The spending plan passed the
The budget bill, which will most likely be voted on by the full House later this week, would ramp up overall state spending by $684 million — or 10.8 percent — over current levels, with the state’s public school system receiving most of the increase.
Education spending would rise by $449 million — or 16 percent — over current levels, which would allow for teacher pay raises, expanded prekindergarten programs and more money for school districts with a high number of Native American students and English-language learners.
“They’re going to have to gear up — and that means hiring more teachers and finding more classroom space,” Lundstrom told reporters, referring to school districts statewide.
A state judge has given lawmakers an April deadline to come up with a compliance plan, and some advocates involved in the case have said the current budget plan doesn’t go far enough.
But teachers unions have praised the proposal, especially the proposed 6 percent pay raises for teachers and school administrators.
Charles Goodmacher, the government and media relations director for the National Education Association-New Mexico union, said the pay hikes would “persuade many teachers from leaving the profession and encourage possible new teachers and other school professionals to enter into service in our public schools.”
Meanwhile, Lundstrom said she was disappointed by the
“I’m not sure that all that money can be efficiently spent,” said Rep.
Lawmakers from both political parties have expressed caution about the state’s unprecedented revenue growth, which is primarily being driven by taxes and royalties associated with surging oil production levels in southeastern
Currently, about 45 cents out of every state dollar spent is now attributable to the state’s energy industry, according to key lawmakers.
Roads, film credits
While public school programs would get the biggest boost, the spending plan unveiled Monday would also authorize hefty one-time spending.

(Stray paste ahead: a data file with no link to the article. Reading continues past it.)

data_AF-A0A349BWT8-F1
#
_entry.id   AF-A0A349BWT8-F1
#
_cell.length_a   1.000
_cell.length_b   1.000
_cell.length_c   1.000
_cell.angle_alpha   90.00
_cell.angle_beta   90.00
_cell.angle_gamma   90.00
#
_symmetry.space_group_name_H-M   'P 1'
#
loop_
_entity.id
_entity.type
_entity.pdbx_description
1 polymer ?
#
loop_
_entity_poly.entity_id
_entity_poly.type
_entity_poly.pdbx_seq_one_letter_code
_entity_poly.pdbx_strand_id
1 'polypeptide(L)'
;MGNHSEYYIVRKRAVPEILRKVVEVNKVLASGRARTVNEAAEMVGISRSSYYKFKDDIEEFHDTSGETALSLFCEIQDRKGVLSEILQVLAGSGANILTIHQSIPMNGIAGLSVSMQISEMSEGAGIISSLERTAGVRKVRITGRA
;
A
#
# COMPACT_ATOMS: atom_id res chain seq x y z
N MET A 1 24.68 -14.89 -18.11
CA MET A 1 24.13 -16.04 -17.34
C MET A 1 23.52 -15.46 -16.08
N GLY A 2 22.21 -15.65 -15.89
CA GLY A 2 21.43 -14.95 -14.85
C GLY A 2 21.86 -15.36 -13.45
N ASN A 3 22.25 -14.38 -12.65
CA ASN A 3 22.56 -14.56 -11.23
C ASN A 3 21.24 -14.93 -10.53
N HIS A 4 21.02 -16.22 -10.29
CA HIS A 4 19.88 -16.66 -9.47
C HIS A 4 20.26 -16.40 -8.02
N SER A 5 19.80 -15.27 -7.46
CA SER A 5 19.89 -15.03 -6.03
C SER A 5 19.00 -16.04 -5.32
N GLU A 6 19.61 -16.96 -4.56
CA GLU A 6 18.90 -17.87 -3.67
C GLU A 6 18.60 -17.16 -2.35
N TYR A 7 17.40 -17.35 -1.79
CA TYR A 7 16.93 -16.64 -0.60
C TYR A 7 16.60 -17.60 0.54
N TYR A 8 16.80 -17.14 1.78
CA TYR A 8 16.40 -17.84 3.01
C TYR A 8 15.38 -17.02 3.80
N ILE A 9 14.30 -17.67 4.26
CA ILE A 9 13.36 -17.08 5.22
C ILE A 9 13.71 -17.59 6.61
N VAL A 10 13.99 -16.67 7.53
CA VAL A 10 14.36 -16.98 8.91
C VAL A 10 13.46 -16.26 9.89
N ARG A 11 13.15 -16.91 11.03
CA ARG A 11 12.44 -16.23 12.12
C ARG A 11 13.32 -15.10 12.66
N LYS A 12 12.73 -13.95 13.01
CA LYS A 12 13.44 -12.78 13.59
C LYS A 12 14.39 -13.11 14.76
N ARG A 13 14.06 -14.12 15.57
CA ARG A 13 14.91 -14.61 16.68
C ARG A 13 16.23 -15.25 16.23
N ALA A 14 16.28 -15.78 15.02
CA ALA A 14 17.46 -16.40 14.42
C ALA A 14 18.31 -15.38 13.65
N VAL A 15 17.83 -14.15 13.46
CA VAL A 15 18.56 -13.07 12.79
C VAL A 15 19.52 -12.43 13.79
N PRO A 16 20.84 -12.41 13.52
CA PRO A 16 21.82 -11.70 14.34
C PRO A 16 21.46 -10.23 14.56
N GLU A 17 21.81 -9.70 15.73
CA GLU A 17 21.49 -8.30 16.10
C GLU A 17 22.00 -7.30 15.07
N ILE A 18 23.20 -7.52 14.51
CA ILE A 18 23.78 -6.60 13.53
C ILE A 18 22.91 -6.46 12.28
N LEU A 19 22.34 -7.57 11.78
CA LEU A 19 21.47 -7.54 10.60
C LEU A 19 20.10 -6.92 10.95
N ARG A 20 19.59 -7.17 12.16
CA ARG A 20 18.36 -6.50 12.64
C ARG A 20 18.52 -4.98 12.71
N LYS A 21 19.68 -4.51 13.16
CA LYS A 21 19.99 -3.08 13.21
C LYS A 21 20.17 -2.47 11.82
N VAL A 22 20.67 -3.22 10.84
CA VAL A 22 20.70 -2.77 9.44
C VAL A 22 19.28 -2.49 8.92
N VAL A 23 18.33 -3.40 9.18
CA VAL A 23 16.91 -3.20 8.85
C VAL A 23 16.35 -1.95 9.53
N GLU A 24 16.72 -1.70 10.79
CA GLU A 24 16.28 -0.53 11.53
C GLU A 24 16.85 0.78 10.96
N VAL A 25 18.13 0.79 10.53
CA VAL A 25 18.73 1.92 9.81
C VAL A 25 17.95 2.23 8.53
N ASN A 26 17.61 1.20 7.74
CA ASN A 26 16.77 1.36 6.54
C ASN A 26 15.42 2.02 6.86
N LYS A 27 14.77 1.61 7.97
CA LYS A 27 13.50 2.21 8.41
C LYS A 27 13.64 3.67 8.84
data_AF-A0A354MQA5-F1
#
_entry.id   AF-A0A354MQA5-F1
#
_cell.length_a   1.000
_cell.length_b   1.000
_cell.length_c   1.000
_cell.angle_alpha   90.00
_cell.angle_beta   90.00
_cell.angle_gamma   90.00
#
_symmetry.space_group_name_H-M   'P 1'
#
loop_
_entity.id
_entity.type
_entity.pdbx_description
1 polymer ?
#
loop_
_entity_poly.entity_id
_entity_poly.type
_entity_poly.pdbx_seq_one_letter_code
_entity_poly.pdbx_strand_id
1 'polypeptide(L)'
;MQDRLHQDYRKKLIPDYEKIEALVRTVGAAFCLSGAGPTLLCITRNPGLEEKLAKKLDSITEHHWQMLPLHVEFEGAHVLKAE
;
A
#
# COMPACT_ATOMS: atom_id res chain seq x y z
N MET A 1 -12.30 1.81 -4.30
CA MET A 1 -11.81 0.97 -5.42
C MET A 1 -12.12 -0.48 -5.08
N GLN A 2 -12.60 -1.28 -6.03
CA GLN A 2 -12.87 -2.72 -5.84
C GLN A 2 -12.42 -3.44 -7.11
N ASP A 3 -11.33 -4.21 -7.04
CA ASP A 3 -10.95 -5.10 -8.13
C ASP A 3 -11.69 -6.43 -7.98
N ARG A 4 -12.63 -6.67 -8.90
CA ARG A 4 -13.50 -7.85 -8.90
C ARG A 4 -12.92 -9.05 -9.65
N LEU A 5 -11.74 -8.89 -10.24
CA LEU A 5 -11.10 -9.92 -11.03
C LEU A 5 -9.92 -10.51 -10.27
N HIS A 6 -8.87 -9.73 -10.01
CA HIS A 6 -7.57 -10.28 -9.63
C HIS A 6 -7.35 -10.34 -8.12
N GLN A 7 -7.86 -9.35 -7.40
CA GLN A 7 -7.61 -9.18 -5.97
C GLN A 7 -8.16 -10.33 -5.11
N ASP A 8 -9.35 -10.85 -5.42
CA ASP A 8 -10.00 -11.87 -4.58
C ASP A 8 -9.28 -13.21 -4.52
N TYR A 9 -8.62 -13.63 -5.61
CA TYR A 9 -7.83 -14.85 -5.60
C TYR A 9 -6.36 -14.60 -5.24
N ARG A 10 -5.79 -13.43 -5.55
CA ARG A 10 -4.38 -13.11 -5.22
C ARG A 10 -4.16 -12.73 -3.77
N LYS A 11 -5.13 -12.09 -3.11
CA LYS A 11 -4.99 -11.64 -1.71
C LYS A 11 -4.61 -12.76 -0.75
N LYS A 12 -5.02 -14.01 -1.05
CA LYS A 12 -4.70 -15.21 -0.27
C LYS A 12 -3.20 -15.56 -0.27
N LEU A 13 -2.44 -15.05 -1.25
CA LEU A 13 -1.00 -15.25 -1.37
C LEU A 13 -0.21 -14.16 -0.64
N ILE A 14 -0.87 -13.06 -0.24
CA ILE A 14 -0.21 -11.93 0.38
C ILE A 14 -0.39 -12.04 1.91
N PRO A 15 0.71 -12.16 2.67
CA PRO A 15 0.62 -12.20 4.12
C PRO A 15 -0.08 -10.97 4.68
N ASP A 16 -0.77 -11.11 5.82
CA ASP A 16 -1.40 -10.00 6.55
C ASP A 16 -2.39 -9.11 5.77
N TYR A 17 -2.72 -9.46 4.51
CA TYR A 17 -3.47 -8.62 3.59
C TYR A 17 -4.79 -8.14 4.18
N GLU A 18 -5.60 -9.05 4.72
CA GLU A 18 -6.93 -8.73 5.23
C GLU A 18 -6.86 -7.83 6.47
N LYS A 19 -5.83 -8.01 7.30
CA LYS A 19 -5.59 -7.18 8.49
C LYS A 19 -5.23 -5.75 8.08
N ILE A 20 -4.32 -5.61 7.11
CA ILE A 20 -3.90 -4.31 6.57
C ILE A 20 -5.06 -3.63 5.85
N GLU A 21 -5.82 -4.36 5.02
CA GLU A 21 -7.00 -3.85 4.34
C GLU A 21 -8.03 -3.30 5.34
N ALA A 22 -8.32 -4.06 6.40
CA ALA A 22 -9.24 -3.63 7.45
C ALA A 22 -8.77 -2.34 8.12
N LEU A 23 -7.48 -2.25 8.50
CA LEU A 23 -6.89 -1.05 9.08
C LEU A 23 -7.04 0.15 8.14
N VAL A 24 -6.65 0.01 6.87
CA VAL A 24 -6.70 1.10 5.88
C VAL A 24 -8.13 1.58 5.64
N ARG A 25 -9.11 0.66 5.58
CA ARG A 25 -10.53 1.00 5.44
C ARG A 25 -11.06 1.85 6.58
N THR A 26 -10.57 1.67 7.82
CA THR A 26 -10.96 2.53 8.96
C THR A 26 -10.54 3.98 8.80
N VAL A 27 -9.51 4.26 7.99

That includes roughly $300 million for statewide road construction and repairs, $14 million for a state “closing fund” intended to help lure out-of-state companies to
In addition, the budget plan would allow for $150 million to be spent to pay down a backlog of film tax credits under a high-profile incentive program.
“This is a fluid situation, and the governor’s priorities haven’t changed,” Stelnicki said.
Ups and downs
Over the past several years,
The state’s current cash-flush situation comes less than two years after lawmakers were forced to cut spending and take money from various state funds in response to a steep revenue downturn.
Given that backdrop,
Some Democratic lawmakers said Monday that the budget proposal would do just that, while still being fiscally responsible.
“I think this provides a balance and invests resources at a very critical time,” said Rep.
They also cited several measures pending at the Roundhouse that would enact new restrictions or requirements on the oil and natural gas industry.
“I don’t know why they would continue to do business in
If approved by the full House, the budget bill will advance to the
Both chambers must sign off on the same version of the bill before the 60-day session ends
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